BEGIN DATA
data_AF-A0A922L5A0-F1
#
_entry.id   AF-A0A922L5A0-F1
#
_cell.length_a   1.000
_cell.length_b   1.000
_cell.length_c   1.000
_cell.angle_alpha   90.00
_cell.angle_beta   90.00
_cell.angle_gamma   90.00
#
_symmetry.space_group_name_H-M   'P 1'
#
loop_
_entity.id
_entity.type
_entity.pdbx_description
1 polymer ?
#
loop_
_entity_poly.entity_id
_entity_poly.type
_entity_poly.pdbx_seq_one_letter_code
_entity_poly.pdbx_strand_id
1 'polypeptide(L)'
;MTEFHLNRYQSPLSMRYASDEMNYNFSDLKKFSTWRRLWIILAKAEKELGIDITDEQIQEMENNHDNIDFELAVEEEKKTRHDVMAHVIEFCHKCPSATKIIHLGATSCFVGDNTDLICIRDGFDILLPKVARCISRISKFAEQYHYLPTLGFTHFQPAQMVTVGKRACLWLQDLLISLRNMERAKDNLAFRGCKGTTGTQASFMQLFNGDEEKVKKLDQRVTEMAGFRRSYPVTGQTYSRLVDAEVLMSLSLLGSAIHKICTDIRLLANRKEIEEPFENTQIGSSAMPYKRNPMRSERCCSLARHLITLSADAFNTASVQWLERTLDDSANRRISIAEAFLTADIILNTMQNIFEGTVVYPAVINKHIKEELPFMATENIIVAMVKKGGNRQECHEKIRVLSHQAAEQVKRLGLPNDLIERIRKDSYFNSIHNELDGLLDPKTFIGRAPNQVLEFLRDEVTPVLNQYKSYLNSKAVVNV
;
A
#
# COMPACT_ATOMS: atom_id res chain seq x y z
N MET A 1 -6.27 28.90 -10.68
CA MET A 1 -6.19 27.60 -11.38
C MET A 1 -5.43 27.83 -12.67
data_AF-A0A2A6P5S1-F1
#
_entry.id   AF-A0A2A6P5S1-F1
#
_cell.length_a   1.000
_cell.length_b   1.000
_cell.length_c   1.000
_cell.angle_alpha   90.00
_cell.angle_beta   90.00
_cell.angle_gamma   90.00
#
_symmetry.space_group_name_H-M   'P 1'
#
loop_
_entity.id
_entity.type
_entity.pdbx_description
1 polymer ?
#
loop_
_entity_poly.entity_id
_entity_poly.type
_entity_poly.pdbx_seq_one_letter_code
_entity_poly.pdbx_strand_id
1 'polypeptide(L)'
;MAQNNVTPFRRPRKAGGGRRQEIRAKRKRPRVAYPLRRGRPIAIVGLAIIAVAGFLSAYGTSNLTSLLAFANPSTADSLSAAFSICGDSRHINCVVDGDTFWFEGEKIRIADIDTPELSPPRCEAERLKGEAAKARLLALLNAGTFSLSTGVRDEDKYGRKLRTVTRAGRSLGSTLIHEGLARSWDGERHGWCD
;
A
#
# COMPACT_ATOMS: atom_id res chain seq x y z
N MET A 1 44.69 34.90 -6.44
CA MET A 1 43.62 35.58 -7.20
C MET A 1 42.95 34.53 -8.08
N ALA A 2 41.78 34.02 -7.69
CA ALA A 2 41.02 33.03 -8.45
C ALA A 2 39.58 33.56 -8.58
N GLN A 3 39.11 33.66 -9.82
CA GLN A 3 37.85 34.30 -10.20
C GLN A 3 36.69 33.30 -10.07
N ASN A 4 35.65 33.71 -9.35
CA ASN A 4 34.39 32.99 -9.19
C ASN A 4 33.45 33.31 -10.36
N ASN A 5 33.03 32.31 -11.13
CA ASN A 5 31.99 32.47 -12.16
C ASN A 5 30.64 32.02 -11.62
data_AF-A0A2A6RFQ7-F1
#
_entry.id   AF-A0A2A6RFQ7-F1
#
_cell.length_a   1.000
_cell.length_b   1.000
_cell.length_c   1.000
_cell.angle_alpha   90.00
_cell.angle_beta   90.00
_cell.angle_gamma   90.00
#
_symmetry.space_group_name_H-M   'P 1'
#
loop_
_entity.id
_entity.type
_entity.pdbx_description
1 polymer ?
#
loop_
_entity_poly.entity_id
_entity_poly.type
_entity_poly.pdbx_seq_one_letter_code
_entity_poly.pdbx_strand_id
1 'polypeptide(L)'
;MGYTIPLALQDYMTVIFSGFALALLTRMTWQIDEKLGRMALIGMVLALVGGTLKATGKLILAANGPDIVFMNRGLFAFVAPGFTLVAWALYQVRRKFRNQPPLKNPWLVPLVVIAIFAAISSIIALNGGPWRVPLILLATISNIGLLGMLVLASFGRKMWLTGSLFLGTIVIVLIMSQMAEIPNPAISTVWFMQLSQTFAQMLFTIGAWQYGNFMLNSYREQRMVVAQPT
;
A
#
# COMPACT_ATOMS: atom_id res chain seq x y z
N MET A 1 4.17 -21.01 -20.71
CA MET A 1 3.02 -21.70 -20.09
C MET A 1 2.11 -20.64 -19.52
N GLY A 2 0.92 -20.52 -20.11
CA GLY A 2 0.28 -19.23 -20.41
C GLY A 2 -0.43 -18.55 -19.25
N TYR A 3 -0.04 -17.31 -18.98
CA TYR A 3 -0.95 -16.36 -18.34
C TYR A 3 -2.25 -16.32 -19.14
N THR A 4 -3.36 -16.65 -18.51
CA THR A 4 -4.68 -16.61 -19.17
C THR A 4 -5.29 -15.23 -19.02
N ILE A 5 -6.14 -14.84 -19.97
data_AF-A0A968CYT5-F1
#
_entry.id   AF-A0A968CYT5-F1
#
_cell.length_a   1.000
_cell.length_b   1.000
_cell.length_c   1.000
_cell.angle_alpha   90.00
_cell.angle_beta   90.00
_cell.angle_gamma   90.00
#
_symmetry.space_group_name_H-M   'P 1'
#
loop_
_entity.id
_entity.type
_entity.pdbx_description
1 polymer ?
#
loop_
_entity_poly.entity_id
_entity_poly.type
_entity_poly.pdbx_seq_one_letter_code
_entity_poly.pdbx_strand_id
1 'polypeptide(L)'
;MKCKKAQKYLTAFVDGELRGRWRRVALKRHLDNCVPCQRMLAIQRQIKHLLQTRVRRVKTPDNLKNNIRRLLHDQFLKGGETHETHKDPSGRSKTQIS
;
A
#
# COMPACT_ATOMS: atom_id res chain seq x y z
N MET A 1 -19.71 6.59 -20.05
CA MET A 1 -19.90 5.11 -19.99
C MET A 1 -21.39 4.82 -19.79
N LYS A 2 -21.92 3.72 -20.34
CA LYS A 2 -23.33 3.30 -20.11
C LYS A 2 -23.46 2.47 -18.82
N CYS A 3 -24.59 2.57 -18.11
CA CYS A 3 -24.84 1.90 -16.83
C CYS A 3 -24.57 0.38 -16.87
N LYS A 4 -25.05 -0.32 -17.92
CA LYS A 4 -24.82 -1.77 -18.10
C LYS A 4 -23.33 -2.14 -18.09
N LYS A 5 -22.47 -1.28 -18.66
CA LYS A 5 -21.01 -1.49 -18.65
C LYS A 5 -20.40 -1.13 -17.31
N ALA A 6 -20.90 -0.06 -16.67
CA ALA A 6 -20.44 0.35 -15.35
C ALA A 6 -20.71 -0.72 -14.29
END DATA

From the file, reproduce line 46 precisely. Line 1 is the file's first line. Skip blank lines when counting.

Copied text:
#